Emily Morris was born in 1982. She grew up near Southport and in 2002 moved to Manchester, where she studied History of Art. She now lives in Salford with her son, who is almost three. She is currently working on a collection of short stories for her MA Writing Studies at Edge Hill University, after which she will begin work on her first novel. Emily works as a librarian and runs a travel business from home. She blogs at My Shitty Twenties.
Why do you blog? > Because I want to help to dispel the myths that still exist about single mums. Also, on a personal level, it enables me to turn things that might otherwise make me cry into things that make me laugh.
What has been your best blogging experience? > Watching my stat counter go up and up.
What would be your main blogging advice to a novice blogger? > Write often, don't be shy, check your stats to see where traffic is coming from, link and comment lots.
What are you reading at the moment? > A very yellowed copy of Tales from Tchehov, published by Penguin in 1938. It was £1 from Kernaghan's Books in Southport, one of my favourite bookshops in the world.
What is your favourite song? > 'Waterfall' by The Stone Roses.
Can you name a major moral, political or intellectual issue on which you've ever changed your mind? > Abortion. I am by no means against it but I always thought it would be a fairly simple thing to do until faced with the decision. I used to be under the impression that its availability to women was liberating, when in fact I felt quite trapped by the notion that as a young, intelligent woman, it was my only option.
Can you name a work of non-fiction which has had a major and lasting influence on how you think about the world? > Numerous feminist books, especially Mysogynies by Joan Smith. When I was young and naive, I eschewed feminism – now I realize I would have been wise to pay some attention.
Who are your political heroes? > Mahatma Gandhi, Martin Luther King, Barack Obama.
What do you consider to be the main threat to the future peace and security of the world? > The existence of nuclear weapons.
Do you think the world (human civilization) has already passed its best point, or is that yet to come? > I used to be cynical about this, but having children changes your perspective. For my son's sake, I really hope it is yet to come, but I realize that climate change is a very real threat.
What would be your most important piece of advice about life? > If something is going to be difficult but it is still possible, it is worth a go.
Do you think you could ever be married to, or in a long-term relationship with, someone with radically different political views from your own? > Not if they were radically different. I could never love a fascist.
Do you have any prejudices you're willing to acknowledge? > I'm rather dubious of anyone who reads The Daily Mail, which in a way makes me as bad as them.
What is your favourite proverb? > 'Life is not measured by the number of breaths we take, but by the places and the moments that take our breath away.'
What commonly enjoyed activities do you regard as a waste of time? > Excessive alcohol consumption, but that doesn't stop me from indulging in it on a regular basis.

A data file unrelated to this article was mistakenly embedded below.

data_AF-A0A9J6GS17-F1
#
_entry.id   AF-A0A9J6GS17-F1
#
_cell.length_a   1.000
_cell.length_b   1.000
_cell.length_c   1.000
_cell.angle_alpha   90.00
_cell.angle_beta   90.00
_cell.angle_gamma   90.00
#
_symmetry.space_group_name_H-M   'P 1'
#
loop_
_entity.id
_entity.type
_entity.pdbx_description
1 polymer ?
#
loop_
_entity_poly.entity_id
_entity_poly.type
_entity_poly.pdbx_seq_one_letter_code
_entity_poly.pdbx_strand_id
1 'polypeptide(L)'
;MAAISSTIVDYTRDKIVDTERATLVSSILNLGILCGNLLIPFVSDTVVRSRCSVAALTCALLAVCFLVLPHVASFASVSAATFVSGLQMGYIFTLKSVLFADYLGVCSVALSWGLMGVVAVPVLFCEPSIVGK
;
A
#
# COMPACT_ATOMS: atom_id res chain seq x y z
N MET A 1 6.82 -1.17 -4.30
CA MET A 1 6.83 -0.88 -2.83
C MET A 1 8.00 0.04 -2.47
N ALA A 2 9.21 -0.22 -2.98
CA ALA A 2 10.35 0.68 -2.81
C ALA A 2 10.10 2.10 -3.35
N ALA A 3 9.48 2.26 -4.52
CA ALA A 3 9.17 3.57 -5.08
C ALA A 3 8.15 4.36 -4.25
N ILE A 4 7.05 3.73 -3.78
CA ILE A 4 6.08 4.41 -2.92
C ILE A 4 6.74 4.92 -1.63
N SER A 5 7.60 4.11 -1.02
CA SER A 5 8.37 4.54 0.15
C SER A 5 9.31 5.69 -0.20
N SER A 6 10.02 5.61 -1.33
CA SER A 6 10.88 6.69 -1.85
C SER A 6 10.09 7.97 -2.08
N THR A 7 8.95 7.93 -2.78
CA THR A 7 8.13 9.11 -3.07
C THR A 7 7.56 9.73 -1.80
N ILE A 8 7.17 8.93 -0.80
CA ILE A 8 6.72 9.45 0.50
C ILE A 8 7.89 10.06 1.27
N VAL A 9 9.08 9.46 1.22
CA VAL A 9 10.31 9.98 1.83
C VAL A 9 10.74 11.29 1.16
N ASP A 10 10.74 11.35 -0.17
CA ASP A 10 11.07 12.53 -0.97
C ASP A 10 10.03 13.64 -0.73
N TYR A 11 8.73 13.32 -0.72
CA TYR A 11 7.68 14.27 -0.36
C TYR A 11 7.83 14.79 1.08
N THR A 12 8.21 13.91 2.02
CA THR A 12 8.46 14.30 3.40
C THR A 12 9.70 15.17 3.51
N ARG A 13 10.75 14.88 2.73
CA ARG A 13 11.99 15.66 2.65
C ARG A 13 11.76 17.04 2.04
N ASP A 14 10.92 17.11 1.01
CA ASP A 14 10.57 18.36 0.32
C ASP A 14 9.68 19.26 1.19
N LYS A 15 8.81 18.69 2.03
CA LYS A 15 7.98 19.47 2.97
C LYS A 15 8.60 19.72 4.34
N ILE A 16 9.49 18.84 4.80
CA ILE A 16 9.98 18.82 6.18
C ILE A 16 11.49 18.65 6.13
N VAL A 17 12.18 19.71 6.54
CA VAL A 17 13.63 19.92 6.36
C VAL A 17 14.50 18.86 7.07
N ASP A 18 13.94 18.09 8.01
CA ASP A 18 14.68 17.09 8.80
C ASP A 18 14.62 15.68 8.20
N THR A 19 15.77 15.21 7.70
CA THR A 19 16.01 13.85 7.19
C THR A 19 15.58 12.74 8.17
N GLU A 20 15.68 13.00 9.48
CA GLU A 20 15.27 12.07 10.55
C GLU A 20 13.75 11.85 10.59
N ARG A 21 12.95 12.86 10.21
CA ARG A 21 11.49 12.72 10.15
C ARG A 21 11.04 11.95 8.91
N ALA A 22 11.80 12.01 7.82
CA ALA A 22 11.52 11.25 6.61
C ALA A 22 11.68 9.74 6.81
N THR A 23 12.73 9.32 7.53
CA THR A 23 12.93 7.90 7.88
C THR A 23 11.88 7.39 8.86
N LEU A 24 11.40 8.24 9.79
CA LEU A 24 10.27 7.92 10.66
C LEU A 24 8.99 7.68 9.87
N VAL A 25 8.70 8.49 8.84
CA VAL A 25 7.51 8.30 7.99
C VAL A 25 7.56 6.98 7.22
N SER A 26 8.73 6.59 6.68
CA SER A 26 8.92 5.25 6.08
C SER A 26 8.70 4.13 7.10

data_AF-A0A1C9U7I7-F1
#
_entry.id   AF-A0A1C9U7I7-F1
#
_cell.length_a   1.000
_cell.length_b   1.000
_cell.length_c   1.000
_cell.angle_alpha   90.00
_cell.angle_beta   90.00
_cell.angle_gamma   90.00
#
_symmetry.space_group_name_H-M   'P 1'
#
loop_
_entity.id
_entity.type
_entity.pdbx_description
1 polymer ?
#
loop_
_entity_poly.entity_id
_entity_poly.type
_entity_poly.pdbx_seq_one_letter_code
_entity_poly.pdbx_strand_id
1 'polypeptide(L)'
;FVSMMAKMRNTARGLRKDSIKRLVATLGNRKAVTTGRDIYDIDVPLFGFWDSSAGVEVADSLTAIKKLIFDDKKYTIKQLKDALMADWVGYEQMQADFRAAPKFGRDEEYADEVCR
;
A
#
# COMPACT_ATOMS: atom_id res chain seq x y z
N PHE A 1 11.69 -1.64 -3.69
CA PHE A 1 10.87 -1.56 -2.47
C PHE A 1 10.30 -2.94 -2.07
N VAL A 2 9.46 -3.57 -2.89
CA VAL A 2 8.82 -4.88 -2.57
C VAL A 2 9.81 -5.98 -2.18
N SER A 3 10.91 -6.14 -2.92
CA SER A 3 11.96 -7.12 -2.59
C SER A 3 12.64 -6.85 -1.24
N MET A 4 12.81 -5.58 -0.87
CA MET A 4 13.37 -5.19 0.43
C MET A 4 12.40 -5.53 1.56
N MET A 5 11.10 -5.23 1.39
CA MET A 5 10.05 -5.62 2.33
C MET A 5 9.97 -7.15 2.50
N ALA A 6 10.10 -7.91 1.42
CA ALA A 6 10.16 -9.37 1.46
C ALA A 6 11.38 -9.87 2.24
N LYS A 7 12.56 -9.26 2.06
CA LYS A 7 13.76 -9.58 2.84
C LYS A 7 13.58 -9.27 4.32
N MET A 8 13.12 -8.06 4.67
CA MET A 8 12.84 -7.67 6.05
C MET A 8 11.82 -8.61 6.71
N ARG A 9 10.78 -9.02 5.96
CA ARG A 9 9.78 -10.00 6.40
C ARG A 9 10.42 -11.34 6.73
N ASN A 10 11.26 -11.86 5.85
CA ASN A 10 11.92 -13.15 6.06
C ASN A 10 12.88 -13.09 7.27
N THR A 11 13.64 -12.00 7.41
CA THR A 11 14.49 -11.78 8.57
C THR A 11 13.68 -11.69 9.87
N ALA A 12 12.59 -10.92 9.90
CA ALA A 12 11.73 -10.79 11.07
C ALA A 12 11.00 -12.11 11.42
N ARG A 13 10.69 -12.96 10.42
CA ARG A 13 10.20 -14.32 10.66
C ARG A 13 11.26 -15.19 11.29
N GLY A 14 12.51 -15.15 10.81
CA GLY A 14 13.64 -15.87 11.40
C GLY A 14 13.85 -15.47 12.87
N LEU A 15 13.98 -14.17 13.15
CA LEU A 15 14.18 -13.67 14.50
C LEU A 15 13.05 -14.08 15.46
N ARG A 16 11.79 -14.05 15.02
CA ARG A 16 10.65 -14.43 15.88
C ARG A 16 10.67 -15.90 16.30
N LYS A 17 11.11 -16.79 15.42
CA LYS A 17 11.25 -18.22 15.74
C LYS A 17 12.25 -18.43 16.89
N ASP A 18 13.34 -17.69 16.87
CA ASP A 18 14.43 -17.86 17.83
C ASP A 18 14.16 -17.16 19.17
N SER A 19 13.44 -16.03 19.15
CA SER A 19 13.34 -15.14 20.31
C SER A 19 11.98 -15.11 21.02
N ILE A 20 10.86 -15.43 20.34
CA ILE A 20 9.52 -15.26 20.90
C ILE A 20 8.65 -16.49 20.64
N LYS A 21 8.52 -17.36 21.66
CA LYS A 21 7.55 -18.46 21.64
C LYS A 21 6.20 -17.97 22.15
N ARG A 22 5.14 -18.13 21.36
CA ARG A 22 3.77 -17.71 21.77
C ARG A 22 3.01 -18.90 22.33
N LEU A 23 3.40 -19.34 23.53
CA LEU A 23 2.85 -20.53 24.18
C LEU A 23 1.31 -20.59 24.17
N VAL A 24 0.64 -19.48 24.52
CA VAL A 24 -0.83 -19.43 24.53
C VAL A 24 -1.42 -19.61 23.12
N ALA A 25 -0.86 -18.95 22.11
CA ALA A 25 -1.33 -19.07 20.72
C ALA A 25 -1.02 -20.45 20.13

If you were to relive your life to this point, is there anything you'd do differently? > I would accept the offer I was given to study Language, Literacy and Communication at Manchester University instead of going down south to do advertising.
Where would you most like to live (other than where you do)? > Chorlton-cum-Hardy (also known as Utopia).
What would your ideal holiday be? > It would have to be a magnificent multi-stop trip with Tom in tow: eating good food on a small Greek Island, an adventure through India from Dehli down to Kerala, a stop in Japan to see my good friend Ellen, hanging out with orangutans in Borneo, travelling down the east coast of Australia, then Havana, The Galapagos Islands and New York. Is that greedy? I'm a bit of a fan of travel.
What do you like doing in your spare time? > Procrastinating, browsing bookshops, trying to turn my concrete yard into a little piece of Greece, writing, reading, walking and thinking.
What is your most treasured possession? > My little boy Tom, then my collection of beautiful Paperblank notebooks.
If you had to change your first name, what would you change it to? > Chastity.
What talent would you most like to have? > The ability to keep a tidy home.
What would be your ideal choice of alternative profession or job? > Travel journalist. I used to think I wanted to be a midwife but I think I am lacking in necessary calm.
Who is your favourite comedian or humorist? > Controversial, but I'm afraid it is still Russell Brand.
Which English Premiership football team do you support? > I don't support a football team but people tell me I should steer Tom towards one. I know nothing about football. I get the impression Manchester City don't do very well and they need more supporters than United, which is like an international brand. I'll see what Tom decides when he starts school.
If you could have one (more or less realistic) wish come true, what would you wish for? > To find myself in 10 years time in my own home, having written at least one best selling novel and having had more children. Sorry, that's three. The novel - everything else will follow.
How, if at all, would you change your life were you suddenly to win or inherit an enormously large sum of money? > I would take Tom on that wonderful adventure then come home, buy a house with a big garden in Chorlton and write full-time.
If you could have any three guests, past or present, to dinner who would they be? > Mahatma Gandhi, Frida Kahlo and my son Tom. He's a fussy eater but a great conversationalist.
What animal would you most like to be? > A female black widow spider.
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